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Aging Ment Health. 2004 Jul;8(4):307-15.

A preliminary investigation of self-reported personality disorders in late life: prevalence, predictors of depressive severity, and clinical correlates.

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  • 1Department of Psychiatry, Western Psychiatric Institute and Clinic, North Carolina, USA.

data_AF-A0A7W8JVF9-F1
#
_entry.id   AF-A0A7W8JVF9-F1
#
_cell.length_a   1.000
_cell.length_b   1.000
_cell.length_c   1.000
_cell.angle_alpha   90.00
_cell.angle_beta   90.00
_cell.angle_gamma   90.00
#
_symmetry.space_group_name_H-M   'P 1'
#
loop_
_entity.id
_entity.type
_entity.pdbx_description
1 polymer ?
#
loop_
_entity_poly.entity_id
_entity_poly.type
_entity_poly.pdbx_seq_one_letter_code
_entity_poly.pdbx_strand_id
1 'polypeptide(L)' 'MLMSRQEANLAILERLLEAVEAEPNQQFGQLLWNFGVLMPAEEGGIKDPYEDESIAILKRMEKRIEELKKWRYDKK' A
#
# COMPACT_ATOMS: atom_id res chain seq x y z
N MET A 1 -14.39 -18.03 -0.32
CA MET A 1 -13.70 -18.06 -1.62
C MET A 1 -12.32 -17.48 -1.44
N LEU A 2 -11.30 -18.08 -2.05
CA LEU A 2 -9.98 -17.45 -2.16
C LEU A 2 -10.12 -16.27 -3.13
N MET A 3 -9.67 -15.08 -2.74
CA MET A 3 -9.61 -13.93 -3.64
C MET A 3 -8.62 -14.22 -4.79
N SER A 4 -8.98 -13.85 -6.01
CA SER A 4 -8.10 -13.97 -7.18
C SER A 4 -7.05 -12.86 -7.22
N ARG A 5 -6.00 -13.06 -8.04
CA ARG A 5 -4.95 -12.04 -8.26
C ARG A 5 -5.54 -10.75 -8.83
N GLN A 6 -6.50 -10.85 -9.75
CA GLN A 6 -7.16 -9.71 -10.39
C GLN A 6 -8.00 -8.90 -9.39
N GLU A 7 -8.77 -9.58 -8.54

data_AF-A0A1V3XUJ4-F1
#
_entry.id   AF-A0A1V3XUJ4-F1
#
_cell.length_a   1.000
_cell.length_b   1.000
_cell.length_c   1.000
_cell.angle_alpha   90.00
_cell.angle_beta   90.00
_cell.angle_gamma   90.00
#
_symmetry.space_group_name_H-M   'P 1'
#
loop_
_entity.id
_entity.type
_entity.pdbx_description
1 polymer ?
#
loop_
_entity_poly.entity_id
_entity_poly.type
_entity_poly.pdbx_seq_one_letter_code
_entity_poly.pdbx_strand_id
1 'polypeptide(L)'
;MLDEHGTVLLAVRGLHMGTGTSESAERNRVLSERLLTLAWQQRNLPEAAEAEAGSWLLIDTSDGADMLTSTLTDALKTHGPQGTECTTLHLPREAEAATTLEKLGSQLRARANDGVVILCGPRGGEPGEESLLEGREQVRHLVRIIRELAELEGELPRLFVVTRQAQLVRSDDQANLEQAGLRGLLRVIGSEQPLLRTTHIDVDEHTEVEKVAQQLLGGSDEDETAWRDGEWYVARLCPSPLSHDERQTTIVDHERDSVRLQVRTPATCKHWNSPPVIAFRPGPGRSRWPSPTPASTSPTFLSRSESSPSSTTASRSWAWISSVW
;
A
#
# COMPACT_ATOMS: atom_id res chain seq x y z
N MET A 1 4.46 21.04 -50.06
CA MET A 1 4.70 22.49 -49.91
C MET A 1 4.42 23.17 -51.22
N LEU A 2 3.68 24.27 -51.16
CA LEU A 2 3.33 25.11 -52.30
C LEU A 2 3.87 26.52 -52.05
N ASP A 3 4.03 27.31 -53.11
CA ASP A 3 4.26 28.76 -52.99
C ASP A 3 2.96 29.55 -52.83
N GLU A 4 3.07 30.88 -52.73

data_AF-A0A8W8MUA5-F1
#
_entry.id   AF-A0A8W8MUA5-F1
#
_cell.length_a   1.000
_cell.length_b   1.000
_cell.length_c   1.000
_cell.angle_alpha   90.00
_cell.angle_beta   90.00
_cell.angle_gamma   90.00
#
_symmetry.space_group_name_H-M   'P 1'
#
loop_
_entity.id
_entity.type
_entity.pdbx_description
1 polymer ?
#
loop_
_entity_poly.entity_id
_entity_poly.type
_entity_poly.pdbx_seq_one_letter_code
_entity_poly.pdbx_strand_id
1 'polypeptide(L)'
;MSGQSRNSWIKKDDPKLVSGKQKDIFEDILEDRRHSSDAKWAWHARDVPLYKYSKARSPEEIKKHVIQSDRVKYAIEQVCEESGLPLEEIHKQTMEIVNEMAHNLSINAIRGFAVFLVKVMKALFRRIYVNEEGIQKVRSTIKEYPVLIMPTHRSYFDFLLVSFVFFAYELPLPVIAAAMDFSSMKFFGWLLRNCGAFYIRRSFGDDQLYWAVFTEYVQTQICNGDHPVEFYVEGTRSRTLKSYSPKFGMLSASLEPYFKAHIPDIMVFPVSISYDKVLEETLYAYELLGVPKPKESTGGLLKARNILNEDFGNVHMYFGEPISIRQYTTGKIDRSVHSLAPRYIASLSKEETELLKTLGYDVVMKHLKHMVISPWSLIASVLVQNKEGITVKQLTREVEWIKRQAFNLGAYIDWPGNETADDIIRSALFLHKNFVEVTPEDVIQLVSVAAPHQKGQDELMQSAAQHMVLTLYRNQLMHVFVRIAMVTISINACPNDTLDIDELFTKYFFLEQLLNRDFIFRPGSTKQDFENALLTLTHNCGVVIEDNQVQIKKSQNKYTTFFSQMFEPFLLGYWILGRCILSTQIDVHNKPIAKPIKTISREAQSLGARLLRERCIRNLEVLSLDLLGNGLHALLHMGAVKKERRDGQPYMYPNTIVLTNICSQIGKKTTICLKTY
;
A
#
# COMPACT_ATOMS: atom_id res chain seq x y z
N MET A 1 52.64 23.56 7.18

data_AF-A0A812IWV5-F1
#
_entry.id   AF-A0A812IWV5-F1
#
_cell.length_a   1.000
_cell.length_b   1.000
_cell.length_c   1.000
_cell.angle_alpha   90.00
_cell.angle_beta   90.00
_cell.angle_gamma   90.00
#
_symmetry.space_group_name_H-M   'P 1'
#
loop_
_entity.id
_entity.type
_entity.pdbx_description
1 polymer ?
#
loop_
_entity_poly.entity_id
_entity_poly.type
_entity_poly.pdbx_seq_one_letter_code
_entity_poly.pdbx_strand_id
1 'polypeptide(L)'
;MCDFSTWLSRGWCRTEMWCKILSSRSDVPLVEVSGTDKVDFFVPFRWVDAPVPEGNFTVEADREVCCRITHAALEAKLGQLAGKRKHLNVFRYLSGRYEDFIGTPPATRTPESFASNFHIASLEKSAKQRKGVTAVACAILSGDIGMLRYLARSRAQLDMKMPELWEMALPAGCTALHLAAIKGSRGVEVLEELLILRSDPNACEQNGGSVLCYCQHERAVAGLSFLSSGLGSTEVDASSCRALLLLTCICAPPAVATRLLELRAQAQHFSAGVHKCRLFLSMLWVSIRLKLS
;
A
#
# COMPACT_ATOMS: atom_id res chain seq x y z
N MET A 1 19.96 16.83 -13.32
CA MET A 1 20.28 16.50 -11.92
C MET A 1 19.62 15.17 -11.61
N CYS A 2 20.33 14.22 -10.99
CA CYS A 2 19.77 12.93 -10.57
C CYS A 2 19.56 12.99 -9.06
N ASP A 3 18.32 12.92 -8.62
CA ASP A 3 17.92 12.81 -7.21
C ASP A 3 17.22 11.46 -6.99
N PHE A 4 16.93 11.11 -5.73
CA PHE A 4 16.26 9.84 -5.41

Previous research suggests that personality disorders, particularly in clusters A and C, persist into late life, are particularly prevalent in late-life depressed samples, and negatively impact treatment of late-life depression. The present study examined the self-reported personality disorder traits of a sample of 65 depressed elders using the Wisconsin Personality Disorder Inventory IV (WISPI IV). As expected, clusters A and C were most prevalent and the presence of a personality disorder predicted the maintenance or re-emergence of depressive symptoms, as did hopelessness and ambivalence regarding emotional expression. No specific personality disorder traits were associated with clinical features of late-life depression (age of onset, number of previous episodes) while some personality disorder traits were associated with psychological correlates of depression (hopelessness, ambivalence regarding emotional expression, thought suppression). A theoretical explanation for the cluster prevalence based on self-verification is discussed along with a profile of elderly patients who may have poor depression treatment course if they exhibit personality disorder traits, particularly interpersonal rigidity or avoidance, chronic hopelessness, and emotional inhibition.

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